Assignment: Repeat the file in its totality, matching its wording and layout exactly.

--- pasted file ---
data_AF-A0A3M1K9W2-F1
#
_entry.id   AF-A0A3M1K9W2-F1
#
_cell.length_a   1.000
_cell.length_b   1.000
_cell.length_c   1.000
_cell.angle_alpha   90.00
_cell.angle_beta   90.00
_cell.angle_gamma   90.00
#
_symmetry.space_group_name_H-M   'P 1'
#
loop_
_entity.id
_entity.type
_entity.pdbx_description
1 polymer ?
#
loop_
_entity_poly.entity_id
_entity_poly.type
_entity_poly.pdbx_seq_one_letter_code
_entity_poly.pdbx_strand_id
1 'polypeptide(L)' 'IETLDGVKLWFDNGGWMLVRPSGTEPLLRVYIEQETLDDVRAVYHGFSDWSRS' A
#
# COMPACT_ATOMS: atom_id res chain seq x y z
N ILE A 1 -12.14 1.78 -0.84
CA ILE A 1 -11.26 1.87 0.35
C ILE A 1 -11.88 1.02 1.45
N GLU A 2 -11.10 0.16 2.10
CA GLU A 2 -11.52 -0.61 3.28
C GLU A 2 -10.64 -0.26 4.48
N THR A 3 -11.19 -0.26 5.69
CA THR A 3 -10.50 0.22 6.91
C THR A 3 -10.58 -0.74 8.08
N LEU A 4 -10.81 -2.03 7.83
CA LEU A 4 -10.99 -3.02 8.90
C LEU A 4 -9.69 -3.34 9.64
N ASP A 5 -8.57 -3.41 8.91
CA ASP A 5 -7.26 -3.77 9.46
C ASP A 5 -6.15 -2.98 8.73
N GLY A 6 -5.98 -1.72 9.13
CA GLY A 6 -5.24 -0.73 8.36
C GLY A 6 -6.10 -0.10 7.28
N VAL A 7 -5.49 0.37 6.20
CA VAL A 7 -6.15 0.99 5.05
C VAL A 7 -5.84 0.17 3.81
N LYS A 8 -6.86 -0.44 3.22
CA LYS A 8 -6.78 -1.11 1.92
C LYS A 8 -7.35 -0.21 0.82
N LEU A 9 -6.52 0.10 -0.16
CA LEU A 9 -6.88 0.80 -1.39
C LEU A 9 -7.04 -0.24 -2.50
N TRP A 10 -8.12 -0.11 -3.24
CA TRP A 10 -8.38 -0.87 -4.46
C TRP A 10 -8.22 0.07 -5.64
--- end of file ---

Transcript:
data_AF-A0A3M1K9W2-F1
#
_entry.id   AF-A0A3M1K9W2-F1
#
_cell.length_a   1.000
_cell.length_b   1.000
_cell.length_c   1.000
_cell.angle_alpha   90.00
_cell.angle_beta   90.00
_cell.angle_gamma   90.00
#
_symmetry.space_group_name_H-M   'P 1'
#
loop_
_entity.id
_entity.type
_entity.pdbx_description
1 polymer ?
#
loop_
_entity_poly.entity_id
_entity_poly.type
_entity_poly.pdbx_seq_one_letter_code
_entity_poly.pdbx_strand_id
1 'polypeptide(L)' 'IETLDGVKLWFDNGGWMLVRPSGTEPLLRVYIEQETLDDVRAVYHGFSDWSRS' A
#
# COMPACT_ATOMS: atom_id res chain seq x y z
N ILE A 1 -12.14 1.78 -0.84
CA ILE A 1 -11.26 1.87 0.35
C ILE A 1 -11.88 1.02 1.45
N GLU A 2 -11.10 0.16 2.10
CA GLU A 2 -11.52 -0.61 3.28
C GLU A 2 -10.64 -0.26 4.48
N THR A 3 -11.19 -0.26 5.69
CA THR A 3 -10.50 0.22 6.91
C THR A 3 -10.58 -0.74 8.08
N LEU A 4 -10.81 -2.03 7.83
CA LEU A 4 -10.99 -3.02 8.90
C LEU A 4 -9.69 -3.34 9.64
N ASP A 5 -8.57 -3.41 8.91
CA ASP A 5 -7.26 -3.77 9.46
C ASP A 5 -6.15 -2.98 8.73
N GLY A 6 -5.98 -1.72 9.13
CA GLY A 6 -5.24 -0.73 8.36
C GLY A 6 -6.10 -0.10 7.28
N VAL A 7 -5.49 0.37 6.20
CA VAL A 7 -6.15 0.99 5.05
C VAL A 7 -5.84 0.17 3.81
N LYS A 8 -6.86 -0.44 3.22
CA LYS A 8 -6.78 -1.11 1.92
C LYS A 8 -7.35 -0.21 0.82
N LEU A 9 -6.52 0.10 -0.16
CA LEU A 9 -6.88 0.80 -1.39
C LEU A 9 -7.04 -0.24 -2.50
N TRP A 10 -8.12 -0.11 -3.24
CA TRP A 10 -8.38 -0.87 -4.46
C TRP A 10 -8.22 0.07 -5.64